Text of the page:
Wednesday, May 25, 2011

Deep Breaths

Better now.  I spent the day brooding but eventually got to the root of the problem.  I blame The Book.

I should have seen this coming; when I held the finished product in my hand and realized that, yeah, it looked good and the content was well formatted and, overall, it was a satisfying and professional-looking job, I allowed myself a mental pat on the back.

In a normal person, this might incentivize them to move forward with the same cautious determination and thoroughness that had brought them to that point; in me, however, it inspires the unrealistic notion that I can do anything.  So I’m immediately off in six different directions trying to get everything done at once and annoyed with myself when I don’t see results within 24 hours.

Focus: that’s my problem.  I was trying to become an Uber-Twitter, and a Facebook whizz and while working on my next book and handling marketing for the current book all at the same time.

So I burned myself out, spent a day sulking and now I’m back in the saddle.

Twitter and Facebook still elude me, however, and I am savagely disappointed by this.  I’ve been working with computers for over thirty years.  This stuff should be easy for me.  I was on the cutting edge back when it was slick with the blood of unfortunates clinging to their IBM Selectrics, but lately I feel like an aging gunfighter haunted by the ghosts of the men he’s left dead.  (BTW, that’s me quoting my own book.  Good stuff, eh?)

But I’ve stopped trying to cram my overcrowded brain with the esoteric workings of Twitter and Facebook; I’ll just keep using them and, according to the rule of 10,000, eventually I will catch on.

The Rule of 10,000 has been going around the internet for a while now, and basically says you need to put 10,000 hours into something to become an expert at it.  I can buy that: a musical instrument, learning a craft, studying astronomy—to do it right, these all require an astonishing amount of devotion.  Facebook and Twitter, on the other hand, perhaps not so much, but the theory is the same: focus, be consistent, work on getting better and eventually you will become, if not an expert, at least someone who knows their way around.

It think, with the rapidly changing nature of the web, things like Twitter and Facebook should have a Rule of 10,000 – seconds.  That’s nearly three hours and, frankly, I think that’s enough.

Monday, May 23, 2011

A Twit Too Far

I give up!

I’ve been banding my head against the wall for a week now trying to come up with some inspirational marketing plans (beyond the usual giveaways and begging people to review my book on their sites, etc; you know, all the stuff that didn’t work last time).  It should be simple: I have a product, a good one, one I believe in and truly think people will enjoy; I simply need to let the maximum number of people know about this and encourage them to make the right decision.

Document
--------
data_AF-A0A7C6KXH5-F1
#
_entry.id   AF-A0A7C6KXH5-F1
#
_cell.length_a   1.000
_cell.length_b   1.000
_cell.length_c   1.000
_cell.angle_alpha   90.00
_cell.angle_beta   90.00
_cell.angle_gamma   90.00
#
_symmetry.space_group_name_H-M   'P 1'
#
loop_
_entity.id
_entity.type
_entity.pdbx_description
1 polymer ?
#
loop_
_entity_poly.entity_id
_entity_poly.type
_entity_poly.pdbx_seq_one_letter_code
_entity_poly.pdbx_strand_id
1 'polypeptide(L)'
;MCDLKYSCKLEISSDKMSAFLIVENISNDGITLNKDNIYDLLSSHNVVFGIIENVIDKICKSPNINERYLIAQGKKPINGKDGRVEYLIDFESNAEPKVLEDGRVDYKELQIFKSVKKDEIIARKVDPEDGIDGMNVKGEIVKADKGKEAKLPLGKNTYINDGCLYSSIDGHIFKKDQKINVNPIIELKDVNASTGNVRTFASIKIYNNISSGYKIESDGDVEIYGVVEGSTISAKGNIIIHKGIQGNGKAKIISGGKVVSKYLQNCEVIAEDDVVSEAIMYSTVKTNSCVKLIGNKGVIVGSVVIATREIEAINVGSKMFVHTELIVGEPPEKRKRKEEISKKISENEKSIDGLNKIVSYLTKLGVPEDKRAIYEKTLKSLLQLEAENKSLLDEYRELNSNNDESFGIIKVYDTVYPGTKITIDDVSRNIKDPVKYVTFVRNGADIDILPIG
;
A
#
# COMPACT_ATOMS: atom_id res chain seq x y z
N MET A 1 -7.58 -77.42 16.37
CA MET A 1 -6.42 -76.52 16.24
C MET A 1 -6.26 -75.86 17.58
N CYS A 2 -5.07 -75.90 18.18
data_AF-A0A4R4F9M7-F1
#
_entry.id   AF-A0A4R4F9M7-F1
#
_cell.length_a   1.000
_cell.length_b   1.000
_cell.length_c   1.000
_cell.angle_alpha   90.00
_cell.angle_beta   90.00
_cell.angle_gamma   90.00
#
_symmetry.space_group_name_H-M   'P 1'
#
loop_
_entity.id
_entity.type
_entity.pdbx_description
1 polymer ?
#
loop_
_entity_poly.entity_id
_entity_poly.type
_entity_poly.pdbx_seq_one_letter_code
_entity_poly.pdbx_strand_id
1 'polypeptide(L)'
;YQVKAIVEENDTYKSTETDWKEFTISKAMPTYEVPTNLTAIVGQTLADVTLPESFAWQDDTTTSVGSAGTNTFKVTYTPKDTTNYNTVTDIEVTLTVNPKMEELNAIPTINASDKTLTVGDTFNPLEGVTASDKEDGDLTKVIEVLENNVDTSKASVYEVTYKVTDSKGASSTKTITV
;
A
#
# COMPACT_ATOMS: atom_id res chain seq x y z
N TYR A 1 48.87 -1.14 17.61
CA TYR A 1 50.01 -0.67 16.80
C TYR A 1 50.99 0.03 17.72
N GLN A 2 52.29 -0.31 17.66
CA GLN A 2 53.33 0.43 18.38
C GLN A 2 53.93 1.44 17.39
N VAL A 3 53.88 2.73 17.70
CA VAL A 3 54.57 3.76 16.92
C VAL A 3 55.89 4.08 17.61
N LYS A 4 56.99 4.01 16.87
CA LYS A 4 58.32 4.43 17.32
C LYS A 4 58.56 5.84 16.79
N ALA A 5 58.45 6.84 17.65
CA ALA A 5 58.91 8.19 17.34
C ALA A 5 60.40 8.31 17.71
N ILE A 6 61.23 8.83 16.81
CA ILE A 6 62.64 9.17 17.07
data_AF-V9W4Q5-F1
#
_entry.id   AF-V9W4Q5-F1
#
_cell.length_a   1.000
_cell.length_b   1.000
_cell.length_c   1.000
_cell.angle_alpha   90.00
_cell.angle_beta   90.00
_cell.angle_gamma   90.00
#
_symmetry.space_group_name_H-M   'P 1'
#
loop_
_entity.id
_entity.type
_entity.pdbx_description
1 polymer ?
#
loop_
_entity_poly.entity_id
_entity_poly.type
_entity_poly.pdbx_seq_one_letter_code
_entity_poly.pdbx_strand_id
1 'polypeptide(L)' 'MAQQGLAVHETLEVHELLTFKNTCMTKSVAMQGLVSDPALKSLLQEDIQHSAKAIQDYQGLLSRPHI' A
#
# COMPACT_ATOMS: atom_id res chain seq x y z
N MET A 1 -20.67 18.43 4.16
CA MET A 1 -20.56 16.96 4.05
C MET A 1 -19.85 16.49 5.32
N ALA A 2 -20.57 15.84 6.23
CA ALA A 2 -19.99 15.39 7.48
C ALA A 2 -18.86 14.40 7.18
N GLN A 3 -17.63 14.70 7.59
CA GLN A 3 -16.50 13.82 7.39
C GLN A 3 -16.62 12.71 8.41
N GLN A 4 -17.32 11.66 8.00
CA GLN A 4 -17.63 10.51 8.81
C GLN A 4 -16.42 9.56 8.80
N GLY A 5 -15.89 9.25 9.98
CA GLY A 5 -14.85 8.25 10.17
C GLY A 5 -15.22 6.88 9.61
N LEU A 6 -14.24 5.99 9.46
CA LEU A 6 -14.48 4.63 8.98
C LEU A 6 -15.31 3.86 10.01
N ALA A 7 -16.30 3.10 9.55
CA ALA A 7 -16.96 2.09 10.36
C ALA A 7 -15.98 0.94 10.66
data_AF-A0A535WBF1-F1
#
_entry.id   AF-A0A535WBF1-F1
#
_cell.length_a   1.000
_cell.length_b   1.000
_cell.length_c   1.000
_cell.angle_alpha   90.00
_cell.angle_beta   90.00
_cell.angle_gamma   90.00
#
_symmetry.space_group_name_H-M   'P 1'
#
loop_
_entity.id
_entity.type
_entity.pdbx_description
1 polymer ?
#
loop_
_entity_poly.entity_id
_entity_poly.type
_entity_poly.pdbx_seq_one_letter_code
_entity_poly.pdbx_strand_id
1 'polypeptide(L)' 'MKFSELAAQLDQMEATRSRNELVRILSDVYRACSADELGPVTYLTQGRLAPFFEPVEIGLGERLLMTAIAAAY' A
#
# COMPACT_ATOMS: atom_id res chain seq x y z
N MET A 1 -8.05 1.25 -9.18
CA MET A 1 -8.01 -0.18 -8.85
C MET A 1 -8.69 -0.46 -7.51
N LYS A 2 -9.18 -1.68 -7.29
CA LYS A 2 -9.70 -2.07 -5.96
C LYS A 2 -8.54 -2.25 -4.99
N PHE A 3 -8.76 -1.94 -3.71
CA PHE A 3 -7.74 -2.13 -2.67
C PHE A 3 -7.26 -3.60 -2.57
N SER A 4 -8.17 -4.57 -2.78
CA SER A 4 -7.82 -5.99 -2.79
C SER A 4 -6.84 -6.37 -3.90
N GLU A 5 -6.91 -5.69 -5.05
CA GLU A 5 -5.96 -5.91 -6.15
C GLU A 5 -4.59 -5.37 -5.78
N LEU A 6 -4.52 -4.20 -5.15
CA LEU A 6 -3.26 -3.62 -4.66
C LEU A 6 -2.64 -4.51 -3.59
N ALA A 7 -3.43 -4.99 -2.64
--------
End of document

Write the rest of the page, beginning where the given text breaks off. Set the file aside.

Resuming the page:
Piece of cake, really.

So I think, “Twitter!  That’s where all the young, hip and trendy people hang out these days.”  Trouble is, I know nothing about it.  All I know is that my book needs a Twitter account.  So I set one up and realized that was the extent of my knowledge.

So I read a book about how to be a twit, or some such thing.  I do have my own account, so I know how to tweet, but that’s as far as it goes; the idea of re-tweets, mentions, #FF (whatever that is about) and such is well beyond me.  So I read Tweeting For Morons (or whatever) and found out, not only have I been doing it all wrong, but that I cannot understand the way to do it correctly.

Retweets, I am told, are very important.  There is a retweet button in Twitter that does it automatically but only novices and morons use it; to be effective, you need to manually retweet and add a bit of your own commentary, as well.

Fair enough, but nowhere in the book does it say how to manually retweet.  I guess that knowledge is so basic it needs no explanation.  Which tells me I am clearly out of my depth.

And just as I was getting the hang of replies (so I thought) I found out that replying does not show the tweet to your list but only the person you replied to (but isn’t that a direct message?)  To show the reply to all your followers, you need to put a dot in front of the reply.  I had never heard of such a thing, so I Googled , “Put a Dot in Front of the @” and got back, “How to Make a Chinese Doll from Clothespins.”

To make matters worse, according to an actually marketing guy I happened to get into a conversation with yesterday, the bottom third of the demographic now uses youTube as their primary source of information.  So here I am slipping down the learning curve of a technology that is already yesterday’s news.

So, yeah, I give up.

Maybe I’ll see if I can figure out how to make a Facebook page, instead.

Friday, May 20, 2011

Only in America

So, the book went live.  But only on Amazon US.